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Taste Nirvana Coconut Water Investigation

Taste Nirvana advertises its “premium” coconuts, “[g]rowing bigger and swe[e]ter than anywhere else in the world,” as well as the “authenticity” of a business run by multiple generations of a family in Thailand. The company’s website says, “Coconut water is very hydrating and contains low calories, no fat, high potassium, and tons of electrolytes.”

Really? Tons?

We’re not entirely sure about the claims being made for coconut water. Are companies being completely honest about the ingredients and the health benefits of this drink? We’re investigating their claims.

Taste Nirvana makes a number of varieties of coconut water, in different containers and sizes, including these:

  • Tetrapak Premium Coconut Water
  • Tall Can Premium Coconut Water
  • Small Can Premium Coconut Water
  • Glass Bottle Premium Coconut Water
  • Big Bottle Premium Coconut Water
  • Huge Bottle Premium Coconut Water
  • Coco Pulp with Tender Coconut Bits
  • Coco Pulp with Tender Coconut Bits
  • Coconut Water with Probiotic
  • HPP Cold Pressed Coconut Water
  • Cold Pressed Pasteurized Roasted Coconut Water
  • Roasted Coconut Water
  • Aloe Coco Can with Refreshing Aloe Vera
  • Aloe Coco Bottle with Refreshing Aloe Vera

The company says, “We use a process called ‘Steam Sterilization’ which is approved by the FDA. It is a combination of heat and pressure, which eliminates bacteria[] within the Coconut Water.”

Taste Nirvana touts its quality and social consciousness. The province in which it’s located, Nakhon Pathom, “is renown[ed] in Thailand for producing the most fragrantly sweet coconuts … and is agriculturally developed with more modern quality farming practices that ensure human workers are properly compensated for their work.” In particular, “Taste Nirvana & our province’s farming partners do not use monkeys or children to harvest coconuts.”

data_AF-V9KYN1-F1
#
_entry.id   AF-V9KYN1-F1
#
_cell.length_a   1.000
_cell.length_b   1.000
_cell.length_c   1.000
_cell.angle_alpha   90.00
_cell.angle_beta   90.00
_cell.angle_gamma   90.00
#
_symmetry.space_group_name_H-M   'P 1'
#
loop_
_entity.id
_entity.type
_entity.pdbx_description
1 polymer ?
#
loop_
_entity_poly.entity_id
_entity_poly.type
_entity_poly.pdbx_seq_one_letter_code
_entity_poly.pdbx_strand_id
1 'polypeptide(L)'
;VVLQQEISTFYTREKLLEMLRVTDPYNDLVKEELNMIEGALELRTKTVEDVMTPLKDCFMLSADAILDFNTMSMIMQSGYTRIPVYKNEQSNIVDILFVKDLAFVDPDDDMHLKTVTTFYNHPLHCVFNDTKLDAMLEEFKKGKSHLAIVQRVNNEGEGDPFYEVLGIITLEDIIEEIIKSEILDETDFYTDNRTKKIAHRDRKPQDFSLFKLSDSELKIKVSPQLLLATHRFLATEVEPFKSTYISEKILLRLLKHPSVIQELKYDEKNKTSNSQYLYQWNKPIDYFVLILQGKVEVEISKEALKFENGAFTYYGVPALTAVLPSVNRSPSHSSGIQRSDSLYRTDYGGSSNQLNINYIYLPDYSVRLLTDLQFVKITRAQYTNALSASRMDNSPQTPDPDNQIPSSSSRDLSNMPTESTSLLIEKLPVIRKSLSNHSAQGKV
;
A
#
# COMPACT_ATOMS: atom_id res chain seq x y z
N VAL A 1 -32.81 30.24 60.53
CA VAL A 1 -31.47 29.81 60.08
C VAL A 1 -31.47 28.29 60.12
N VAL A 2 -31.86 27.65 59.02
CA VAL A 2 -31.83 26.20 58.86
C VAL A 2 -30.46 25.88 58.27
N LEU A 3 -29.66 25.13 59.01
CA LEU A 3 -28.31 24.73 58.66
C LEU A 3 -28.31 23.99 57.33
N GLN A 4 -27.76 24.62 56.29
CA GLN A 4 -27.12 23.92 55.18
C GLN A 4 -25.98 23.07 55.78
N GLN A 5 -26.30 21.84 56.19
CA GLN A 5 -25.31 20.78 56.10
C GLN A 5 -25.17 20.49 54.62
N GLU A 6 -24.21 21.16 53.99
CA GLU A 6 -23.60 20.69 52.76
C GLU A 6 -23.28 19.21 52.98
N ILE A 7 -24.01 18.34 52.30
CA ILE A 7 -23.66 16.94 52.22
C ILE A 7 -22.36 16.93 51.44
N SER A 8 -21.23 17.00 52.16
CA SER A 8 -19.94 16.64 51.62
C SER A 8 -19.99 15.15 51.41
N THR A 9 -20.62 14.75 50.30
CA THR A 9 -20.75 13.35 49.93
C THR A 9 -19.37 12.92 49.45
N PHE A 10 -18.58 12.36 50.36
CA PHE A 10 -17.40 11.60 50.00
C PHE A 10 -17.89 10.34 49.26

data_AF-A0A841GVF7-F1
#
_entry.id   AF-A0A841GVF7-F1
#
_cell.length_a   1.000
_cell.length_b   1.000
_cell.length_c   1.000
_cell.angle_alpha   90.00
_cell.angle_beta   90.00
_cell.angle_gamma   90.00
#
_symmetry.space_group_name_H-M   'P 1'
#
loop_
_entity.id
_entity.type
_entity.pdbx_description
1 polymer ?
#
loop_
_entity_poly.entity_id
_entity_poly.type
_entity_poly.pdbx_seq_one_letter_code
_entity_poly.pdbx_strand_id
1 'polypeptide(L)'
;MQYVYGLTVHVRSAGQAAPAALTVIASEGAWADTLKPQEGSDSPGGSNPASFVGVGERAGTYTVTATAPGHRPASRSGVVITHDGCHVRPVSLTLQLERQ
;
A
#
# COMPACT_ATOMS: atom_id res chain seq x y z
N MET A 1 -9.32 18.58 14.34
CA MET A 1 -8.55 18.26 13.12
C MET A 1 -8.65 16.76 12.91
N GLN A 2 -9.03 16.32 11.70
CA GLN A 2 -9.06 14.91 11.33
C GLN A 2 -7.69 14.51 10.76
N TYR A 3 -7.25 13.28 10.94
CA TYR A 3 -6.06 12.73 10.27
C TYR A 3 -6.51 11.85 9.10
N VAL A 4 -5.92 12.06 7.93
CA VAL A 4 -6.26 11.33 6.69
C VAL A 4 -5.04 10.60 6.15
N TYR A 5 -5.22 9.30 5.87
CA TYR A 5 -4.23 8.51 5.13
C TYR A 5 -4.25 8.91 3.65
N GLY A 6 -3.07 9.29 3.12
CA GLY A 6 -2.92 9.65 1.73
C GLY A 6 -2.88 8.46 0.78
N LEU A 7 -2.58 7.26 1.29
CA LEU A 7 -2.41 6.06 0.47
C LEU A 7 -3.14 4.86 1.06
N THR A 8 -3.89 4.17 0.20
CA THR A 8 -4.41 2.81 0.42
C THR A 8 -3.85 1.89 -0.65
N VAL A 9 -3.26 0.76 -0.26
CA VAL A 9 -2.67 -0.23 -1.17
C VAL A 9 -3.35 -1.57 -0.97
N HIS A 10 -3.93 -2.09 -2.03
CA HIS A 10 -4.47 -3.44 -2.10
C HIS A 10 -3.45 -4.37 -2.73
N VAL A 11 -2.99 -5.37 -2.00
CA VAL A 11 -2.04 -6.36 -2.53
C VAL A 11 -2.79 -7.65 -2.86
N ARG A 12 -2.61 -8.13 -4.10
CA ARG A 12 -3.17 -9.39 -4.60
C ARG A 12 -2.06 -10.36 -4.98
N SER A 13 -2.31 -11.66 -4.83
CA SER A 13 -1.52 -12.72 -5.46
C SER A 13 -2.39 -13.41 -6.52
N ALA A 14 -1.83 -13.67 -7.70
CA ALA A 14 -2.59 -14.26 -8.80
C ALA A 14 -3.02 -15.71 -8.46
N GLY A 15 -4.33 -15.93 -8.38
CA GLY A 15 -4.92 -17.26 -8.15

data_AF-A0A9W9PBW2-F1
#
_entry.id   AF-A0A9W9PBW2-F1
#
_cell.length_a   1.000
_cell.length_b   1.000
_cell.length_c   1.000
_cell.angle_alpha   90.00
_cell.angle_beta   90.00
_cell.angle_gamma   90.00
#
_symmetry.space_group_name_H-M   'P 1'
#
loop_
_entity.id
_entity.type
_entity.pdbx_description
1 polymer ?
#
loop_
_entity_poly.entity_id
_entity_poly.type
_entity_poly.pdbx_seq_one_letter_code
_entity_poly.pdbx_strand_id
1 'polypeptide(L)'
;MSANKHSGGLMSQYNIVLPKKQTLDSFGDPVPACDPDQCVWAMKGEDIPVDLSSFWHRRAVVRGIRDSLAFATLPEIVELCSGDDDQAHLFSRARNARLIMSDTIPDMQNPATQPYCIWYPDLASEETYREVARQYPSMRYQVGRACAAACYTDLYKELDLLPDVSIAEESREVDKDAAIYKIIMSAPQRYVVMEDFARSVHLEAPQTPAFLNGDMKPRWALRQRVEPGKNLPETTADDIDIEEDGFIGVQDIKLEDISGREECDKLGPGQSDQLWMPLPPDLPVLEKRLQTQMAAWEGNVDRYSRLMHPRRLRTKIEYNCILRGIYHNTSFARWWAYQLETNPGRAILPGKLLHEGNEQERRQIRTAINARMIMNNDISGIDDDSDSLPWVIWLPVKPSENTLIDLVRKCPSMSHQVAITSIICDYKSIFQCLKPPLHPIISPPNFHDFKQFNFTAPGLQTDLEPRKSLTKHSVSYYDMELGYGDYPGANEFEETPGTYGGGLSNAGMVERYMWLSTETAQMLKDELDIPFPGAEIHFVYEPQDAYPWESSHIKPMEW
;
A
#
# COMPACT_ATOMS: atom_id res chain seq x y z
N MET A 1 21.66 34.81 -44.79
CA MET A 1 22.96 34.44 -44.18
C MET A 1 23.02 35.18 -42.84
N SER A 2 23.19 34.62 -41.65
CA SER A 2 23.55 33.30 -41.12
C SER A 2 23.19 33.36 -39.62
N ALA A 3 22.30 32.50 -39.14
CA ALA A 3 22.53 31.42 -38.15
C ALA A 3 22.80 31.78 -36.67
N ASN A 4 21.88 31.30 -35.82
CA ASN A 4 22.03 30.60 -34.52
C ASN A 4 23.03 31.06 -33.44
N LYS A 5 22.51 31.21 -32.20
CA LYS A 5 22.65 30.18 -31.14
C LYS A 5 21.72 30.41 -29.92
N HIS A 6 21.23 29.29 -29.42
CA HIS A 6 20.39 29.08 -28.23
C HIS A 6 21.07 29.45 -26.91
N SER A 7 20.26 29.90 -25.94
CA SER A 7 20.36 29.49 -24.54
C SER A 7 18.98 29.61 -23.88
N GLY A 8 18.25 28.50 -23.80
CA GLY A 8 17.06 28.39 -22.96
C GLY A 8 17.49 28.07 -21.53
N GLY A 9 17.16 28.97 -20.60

Coconut water has a reputation as a good rehydrating sports drink, since it contains a lot of potassium plus sodium and manganese. It contains no fat, and normally contains less sugar and fewer calories than most fruit juices. However, if coconut water is mixed with fruit juices, fruit pulp, or other substances, the added ingredients may negate some of the quick-hydration and other claims made for coconut water.

Many of the claims originally made for coconut water have been proved false or have not been verified. The Food and Drug Administration (FDA) has warned companies not to make disease-related claims for coconut water, such as that it is antiviral, regulates blood glucose levels, or can cure illnesses. Previous class actions have taken on some other excessive claims, such as that coconut water is “super-hydrating,” “nutrient-packed,” or “mega-electrolyte.”

Are the producers of coconut water telling the whole truth about ingredients, nutritional content, and health benefits of their products, whether straight-up or flavored? We’d like to find out.

Have you bought any of the Taste Nirvana coconut waters? If you’d like to hear about the results of this investigation, fill out the form on this page.

Article Type: Investigation
Topic: Consumer
No case events.
Tags: Deceptive Advertising, Deceptive Labels, Deceptive Misrepresentation